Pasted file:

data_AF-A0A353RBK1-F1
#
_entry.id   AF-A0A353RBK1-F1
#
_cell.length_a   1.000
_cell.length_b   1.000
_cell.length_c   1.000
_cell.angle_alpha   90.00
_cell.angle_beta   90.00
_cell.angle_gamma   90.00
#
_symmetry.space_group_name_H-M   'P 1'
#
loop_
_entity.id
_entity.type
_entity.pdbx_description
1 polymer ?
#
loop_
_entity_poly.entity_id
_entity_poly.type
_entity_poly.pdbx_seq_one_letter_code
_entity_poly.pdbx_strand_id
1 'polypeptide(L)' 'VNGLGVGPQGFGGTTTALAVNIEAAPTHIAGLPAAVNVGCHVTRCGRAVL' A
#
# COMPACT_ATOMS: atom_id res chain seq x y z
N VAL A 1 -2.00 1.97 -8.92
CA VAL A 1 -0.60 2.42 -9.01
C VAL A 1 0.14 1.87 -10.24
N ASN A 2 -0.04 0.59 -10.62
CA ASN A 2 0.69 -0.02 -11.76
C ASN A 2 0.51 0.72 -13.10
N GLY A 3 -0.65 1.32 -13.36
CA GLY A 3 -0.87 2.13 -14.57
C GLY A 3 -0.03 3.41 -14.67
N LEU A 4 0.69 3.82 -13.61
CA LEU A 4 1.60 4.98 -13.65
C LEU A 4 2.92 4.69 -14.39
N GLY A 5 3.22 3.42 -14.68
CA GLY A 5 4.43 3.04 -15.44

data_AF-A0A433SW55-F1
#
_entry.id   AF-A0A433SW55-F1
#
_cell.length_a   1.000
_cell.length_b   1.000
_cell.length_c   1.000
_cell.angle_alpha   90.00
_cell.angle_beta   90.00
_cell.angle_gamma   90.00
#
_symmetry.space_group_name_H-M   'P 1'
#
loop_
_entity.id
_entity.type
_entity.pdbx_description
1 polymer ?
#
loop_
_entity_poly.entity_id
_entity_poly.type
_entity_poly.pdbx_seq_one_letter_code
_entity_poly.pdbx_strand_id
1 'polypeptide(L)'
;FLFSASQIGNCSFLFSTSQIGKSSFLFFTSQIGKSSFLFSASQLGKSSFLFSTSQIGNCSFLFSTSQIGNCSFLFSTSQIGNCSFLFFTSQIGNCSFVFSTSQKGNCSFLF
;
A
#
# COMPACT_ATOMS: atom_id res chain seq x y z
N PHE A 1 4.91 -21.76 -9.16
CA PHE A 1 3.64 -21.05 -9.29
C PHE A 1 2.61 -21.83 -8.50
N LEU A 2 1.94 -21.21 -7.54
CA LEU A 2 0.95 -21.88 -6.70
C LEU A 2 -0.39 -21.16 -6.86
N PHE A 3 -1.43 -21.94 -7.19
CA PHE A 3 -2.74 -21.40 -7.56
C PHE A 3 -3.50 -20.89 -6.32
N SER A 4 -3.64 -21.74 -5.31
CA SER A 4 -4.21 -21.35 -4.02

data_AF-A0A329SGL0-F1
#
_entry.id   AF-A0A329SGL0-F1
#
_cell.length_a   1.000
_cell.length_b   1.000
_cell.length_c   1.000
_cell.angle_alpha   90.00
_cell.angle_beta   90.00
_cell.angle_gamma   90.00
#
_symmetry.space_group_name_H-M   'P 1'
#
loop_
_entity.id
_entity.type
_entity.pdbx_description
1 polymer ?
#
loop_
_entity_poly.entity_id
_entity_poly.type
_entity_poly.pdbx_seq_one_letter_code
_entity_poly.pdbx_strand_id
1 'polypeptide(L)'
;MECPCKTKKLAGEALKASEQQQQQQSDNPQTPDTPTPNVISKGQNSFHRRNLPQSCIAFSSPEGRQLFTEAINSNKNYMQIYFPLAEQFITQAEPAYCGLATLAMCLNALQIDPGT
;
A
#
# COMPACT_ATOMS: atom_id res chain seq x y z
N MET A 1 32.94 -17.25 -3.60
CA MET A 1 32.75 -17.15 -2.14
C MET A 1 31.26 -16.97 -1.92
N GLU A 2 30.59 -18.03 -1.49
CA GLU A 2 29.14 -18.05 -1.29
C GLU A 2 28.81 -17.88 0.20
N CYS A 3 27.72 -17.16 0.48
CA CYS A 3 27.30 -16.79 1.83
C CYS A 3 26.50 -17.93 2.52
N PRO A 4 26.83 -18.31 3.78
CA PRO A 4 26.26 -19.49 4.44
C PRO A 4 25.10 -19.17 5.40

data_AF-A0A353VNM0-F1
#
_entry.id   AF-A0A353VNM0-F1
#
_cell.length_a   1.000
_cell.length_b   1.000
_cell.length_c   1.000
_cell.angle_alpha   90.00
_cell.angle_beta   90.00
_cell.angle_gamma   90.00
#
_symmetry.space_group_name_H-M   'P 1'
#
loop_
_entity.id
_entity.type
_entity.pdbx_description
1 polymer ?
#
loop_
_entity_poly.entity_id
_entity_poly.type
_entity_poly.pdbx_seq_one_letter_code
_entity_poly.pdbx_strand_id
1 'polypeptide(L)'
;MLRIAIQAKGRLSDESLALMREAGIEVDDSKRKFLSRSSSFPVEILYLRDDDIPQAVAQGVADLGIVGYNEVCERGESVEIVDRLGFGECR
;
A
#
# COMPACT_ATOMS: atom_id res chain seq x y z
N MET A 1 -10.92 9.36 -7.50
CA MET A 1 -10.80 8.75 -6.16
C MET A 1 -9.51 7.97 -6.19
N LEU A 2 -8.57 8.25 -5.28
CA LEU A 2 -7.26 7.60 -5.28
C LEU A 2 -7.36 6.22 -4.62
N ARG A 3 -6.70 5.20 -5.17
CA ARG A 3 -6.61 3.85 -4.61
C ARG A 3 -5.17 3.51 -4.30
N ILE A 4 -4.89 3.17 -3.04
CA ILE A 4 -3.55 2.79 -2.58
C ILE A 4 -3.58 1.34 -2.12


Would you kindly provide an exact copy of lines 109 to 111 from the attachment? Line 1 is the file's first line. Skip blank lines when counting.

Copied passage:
;
A
#